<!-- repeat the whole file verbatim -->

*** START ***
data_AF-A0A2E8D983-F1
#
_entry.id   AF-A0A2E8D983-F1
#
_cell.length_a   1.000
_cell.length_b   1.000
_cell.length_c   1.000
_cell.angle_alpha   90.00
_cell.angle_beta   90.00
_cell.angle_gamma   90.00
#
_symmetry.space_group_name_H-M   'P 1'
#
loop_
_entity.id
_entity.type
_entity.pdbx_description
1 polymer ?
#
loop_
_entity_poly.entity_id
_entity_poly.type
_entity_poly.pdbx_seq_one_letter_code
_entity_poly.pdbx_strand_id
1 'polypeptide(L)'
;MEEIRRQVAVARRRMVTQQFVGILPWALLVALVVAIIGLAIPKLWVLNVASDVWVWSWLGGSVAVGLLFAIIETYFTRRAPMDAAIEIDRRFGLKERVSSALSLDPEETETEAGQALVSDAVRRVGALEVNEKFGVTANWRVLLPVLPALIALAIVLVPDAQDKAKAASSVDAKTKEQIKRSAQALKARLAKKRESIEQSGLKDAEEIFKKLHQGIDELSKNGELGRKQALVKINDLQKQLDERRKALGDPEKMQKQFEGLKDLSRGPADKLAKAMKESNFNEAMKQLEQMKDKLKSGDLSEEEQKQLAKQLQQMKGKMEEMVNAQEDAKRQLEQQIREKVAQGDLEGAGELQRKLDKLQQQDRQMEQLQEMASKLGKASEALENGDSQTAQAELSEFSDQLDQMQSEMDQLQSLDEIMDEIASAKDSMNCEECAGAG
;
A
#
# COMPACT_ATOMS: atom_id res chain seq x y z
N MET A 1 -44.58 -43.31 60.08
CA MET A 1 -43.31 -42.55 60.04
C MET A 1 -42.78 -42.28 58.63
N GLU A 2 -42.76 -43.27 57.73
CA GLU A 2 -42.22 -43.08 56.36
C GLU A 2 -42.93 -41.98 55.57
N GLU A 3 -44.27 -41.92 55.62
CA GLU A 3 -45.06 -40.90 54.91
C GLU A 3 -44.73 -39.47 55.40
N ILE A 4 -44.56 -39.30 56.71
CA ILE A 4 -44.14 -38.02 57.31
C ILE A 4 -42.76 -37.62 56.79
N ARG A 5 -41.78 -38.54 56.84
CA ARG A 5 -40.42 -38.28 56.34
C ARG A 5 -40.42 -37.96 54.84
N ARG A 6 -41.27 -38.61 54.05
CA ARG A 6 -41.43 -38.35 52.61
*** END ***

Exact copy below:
data_AF-A0A2E8D983-F1
#
_entry.id   AF-A0A2E8D983-F1
#
_cell.length_a   1.000
_cell.length_b   1.000
_cell.length_c   1.000
_cell.angle_alpha   90.00
_cell.angle_beta   90.00
_cell.angle_gamma   90.00
#
_symmetry.space_group_name_H-M   'P 1'
#
loop_
_entity.id
_entity.type
_entity.pdbx_description
1 polymer ?
#
loop_
_entity_poly.entity_id
_entity_poly.type
_entity_poly.pdbx_seq_one_letter_code
_entity_poly.pdbx_strand_id
1 'polypeptide(L)'
;MEEIRRQVAVARRRMVTQQFVGILPWALLVALVVAIIGLAIPKLWVLNVASDVWVWSWLGGSVAVGLLFAIIETYFTRRAPMDAAIEIDRRFGLKERVSSALSLDPEETETEAGQALVSDAVRRVGALEVNEKFGVTANWRVLLPVLPALIALAIVLVPDAQDKAKAASSVDAKTKEQIKRSAQALKARLAKKRESIEQSGLKDAEEIFKKLHQGIDELSKNGELGRKQALVKINDLQKQLDERRKALGDPEKMQKQFEGLKDLSRGPADKLAKAMKESNFNEAMKQLEQMKDKLKSGDLSEEEQKQLAKQLQQMKGKMEEMVNAQEDAKRQLEQQIREKVAQGDLEGAGELQRKLDKLQQQDRQMEQLQEMASKLGKASEALENGDSQTAQAELSEFSDQLDQMQSEMDQLQSLDEIMDEIASAKDSMNCEECAGAG
;
A
#
# COMPACT_ATOMS: atom_id res chain seq x y z
N MET A 1 -44.58 -43.31 60.08
CA MET A 1 -43.31 -42.55 60.04
C MET A 1 -42.78 -42.28 58.63
N GLU A 2 -42.76 -43.27 57.73
CA GLU A 2 -42.22 -43.08 56.36
C GLU A 2 -42.93 -41.98 55.57
N GLU A 3 -44.27 -41.92 55.62
CA GLU A 3 -45.06 -40.90 54.91
C GLU A 3 -44.73 -39.47 55.40
N ILE A 4 -44.56 -39.30 56.71
CA ILE A 4 -44.14 -38.02 57.31
C ILE A 4 -42.76 -37.62 56.79
N ARG A 5 -41.78 -38.54 56.84
CA ARG A 5 -40.42 -38.28 56.34
C ARG A 5 -40.42 -37.96 54.84
N ARG A 6 -41.27 -38.61 54.05
CA ARG A 6 -41.43 -38.35 52.61